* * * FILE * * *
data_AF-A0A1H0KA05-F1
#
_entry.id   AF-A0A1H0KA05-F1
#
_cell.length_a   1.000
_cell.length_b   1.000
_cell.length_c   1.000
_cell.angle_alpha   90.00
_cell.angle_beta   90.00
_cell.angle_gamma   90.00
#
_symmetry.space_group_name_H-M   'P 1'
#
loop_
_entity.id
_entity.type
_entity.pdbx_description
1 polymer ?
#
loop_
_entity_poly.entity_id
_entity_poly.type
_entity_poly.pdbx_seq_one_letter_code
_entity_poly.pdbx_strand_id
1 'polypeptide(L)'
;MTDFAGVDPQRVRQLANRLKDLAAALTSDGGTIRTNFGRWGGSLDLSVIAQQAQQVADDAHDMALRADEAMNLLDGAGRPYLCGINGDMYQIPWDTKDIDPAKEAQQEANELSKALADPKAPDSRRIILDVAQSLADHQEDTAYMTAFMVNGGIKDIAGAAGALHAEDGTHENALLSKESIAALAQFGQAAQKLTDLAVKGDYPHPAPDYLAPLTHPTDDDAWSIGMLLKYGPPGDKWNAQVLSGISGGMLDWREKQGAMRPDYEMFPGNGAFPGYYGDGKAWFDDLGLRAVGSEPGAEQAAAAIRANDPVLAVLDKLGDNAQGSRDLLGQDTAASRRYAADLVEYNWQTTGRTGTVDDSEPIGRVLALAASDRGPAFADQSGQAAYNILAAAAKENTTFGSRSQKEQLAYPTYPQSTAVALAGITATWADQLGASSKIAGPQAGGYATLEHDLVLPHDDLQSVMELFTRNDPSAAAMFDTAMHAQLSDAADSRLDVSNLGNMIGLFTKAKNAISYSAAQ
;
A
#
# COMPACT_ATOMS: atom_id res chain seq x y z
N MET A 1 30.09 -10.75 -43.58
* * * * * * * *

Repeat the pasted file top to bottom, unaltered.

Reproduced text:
data_AF-A0A1H0KA05-F1
#
_entry.id   AF-A0A1H0KA05-F1
#
_cell.length_a   1.000
_cell.length_b   1.000
_cell.length_c   1.000
_cell.angle_alpha   90.00
_cell.angle_beta   90.00
_cell.angle_gamma   90.00
#
_symmetry.space_group_name_H-M   'P 1'
#
loop_
_entity.id
_entity.type
_entity.pdbx_description
1 polymer ?
#
loop_
_entity_poly.entity_id
_entity_poly.type
_entity_poly.pdbx_seq_one_letter_code
_entity_poly.pdbx_strand_id
1 'polypeptide(L)'
;MTDFAGVDPQRVRQLANRLKDLAAALTSDGGTIRTNFGRWGGSLDLSVIAQQAQQVADDAHDMALRADEAMNLLDGAGRPYLCGINGDMYQIPWDTKDIDPAKEAQQEANELSKALADPKAPDSRRIILDVAQSLADHQEDTAYMTAFMVNGGIKDIAGAAGALHAEDGTHENALLSKESIAALAQFGQAAQKLTDLAVKGDYPHPAPDYLAPLTHPTDDDAWSIGMLLKYGPPGDKWNAQVLSGISGGMLDWREKQGAMRPDYEMFPGNGAFPGYYGDGKAWFDDLGLRAVGSEPGAEQAAAAIRANDPVLAVLDKLGDNAQGSRDLLGQDTAASRRYAADLVEYNWQTTGRTGTVDDSEPIGRVLALAASDRGPAFADQSGQAAYNILAAAAKENTTFGSRSQKEQLAYPTYPQSTAVALAGITATWADQLGASSKIAGPQAGGYATLEHDLVLPHDDLQSVMELFTRNDPSAAAMFDTAMHAQLSDAADSRLDVSNLGNMIGLFTKAKNAISYSAAQ
;
A
#
# COMPACT_ATOMS: atom_id res chain seq x y z
N MET A 1 30.09 -10.75 -43.58